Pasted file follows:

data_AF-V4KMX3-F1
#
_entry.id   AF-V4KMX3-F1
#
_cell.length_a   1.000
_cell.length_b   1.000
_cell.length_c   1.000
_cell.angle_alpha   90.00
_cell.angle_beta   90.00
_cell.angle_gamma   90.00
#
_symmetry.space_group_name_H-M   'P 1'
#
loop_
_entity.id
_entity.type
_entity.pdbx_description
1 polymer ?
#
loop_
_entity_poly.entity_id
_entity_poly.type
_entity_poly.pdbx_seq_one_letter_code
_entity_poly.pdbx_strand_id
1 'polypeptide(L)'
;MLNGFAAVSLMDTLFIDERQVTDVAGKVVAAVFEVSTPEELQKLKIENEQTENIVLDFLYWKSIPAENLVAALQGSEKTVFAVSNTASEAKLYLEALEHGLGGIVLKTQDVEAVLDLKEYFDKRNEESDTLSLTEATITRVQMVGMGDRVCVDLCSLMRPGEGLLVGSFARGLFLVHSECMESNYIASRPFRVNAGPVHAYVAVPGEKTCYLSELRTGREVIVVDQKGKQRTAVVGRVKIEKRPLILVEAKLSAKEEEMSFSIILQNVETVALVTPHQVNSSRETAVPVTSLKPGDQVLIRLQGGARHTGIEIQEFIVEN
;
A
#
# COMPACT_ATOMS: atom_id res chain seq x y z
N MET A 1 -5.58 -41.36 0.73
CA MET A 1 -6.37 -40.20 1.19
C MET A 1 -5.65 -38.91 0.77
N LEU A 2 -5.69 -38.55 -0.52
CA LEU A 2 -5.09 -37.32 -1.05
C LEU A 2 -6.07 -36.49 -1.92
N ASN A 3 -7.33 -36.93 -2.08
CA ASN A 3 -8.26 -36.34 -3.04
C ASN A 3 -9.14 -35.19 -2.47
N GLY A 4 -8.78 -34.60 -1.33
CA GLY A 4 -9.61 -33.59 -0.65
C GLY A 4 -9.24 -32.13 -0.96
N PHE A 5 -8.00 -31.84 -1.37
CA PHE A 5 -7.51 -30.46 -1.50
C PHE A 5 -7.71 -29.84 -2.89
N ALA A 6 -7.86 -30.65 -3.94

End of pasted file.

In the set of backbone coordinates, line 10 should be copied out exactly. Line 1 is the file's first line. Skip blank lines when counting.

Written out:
_cell.angle_gamma   90.00